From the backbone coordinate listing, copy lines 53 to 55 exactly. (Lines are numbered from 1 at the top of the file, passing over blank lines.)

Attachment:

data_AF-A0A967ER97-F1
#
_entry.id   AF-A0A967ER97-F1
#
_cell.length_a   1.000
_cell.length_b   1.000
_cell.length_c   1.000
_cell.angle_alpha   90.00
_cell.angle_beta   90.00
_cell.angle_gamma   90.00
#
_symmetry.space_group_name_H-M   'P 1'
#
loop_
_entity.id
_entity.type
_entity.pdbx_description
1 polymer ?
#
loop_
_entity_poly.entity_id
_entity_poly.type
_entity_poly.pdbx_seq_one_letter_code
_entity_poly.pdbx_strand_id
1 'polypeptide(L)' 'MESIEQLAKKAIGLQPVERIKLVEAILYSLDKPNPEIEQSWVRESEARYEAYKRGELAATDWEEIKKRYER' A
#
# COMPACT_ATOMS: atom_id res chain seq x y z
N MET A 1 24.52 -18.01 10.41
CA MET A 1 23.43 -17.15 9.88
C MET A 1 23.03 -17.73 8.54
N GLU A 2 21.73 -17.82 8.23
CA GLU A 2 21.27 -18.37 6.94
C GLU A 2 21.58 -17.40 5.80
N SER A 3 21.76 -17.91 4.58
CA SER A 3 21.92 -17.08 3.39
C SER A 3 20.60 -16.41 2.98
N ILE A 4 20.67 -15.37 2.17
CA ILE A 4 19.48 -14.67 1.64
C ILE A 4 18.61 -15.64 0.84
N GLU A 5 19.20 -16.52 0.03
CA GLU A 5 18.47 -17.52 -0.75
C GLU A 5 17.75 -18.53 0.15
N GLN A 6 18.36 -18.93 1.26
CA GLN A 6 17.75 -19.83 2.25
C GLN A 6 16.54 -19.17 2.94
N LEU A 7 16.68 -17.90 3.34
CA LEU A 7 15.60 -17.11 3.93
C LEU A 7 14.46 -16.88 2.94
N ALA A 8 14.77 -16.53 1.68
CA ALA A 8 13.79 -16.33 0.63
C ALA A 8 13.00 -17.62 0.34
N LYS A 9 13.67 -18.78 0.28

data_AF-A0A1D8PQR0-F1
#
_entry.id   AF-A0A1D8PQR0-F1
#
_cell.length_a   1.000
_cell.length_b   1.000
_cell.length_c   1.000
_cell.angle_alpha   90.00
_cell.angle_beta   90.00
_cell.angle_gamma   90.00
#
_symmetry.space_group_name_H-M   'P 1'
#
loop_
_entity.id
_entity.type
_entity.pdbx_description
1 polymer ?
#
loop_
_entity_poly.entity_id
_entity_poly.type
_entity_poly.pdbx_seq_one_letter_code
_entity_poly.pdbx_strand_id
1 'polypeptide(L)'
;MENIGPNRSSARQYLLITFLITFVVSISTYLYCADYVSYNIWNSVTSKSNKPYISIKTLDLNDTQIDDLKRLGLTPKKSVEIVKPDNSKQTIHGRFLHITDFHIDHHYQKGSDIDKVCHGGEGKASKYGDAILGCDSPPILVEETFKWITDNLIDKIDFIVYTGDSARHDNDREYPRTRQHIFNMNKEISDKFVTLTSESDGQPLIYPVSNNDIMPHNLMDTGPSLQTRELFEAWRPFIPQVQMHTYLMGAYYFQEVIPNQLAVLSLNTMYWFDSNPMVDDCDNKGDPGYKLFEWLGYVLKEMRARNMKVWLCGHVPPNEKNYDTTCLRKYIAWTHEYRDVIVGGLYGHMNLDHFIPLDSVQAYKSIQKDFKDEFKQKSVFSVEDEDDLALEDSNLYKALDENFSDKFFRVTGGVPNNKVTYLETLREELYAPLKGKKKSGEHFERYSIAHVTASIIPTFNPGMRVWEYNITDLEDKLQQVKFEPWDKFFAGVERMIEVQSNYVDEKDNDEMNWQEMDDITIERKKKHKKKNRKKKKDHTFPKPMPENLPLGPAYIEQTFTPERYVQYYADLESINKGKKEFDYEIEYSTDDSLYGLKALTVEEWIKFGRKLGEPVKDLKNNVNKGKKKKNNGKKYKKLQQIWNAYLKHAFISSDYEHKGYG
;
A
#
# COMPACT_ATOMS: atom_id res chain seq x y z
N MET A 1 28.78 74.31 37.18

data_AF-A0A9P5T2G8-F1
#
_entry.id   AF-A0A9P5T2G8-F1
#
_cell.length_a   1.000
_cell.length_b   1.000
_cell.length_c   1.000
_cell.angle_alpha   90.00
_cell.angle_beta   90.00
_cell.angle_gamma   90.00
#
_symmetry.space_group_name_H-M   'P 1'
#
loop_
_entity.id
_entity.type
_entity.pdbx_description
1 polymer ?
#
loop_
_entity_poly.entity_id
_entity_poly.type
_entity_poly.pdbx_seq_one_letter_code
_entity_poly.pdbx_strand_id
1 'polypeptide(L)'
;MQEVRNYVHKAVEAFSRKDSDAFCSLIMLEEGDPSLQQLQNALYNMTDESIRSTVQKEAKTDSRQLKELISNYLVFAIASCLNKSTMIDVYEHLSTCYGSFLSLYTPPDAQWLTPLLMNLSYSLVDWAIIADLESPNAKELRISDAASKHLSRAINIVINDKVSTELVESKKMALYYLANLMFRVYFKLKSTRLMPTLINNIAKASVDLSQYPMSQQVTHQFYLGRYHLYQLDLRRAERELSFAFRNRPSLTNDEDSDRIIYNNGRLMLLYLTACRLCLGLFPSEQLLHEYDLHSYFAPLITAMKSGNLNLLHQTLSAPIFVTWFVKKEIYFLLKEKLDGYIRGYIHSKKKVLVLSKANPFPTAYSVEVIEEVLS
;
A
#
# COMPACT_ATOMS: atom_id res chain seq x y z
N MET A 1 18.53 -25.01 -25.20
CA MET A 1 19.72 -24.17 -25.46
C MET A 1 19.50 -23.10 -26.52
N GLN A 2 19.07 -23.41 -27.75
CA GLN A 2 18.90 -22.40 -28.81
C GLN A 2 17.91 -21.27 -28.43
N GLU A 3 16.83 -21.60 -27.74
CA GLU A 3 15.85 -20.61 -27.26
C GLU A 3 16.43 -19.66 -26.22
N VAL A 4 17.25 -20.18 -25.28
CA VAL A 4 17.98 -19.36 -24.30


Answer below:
data_AF-A0A1D8PQR0-F1
#
_entry.id   AF-A0A1D8PQR0-F1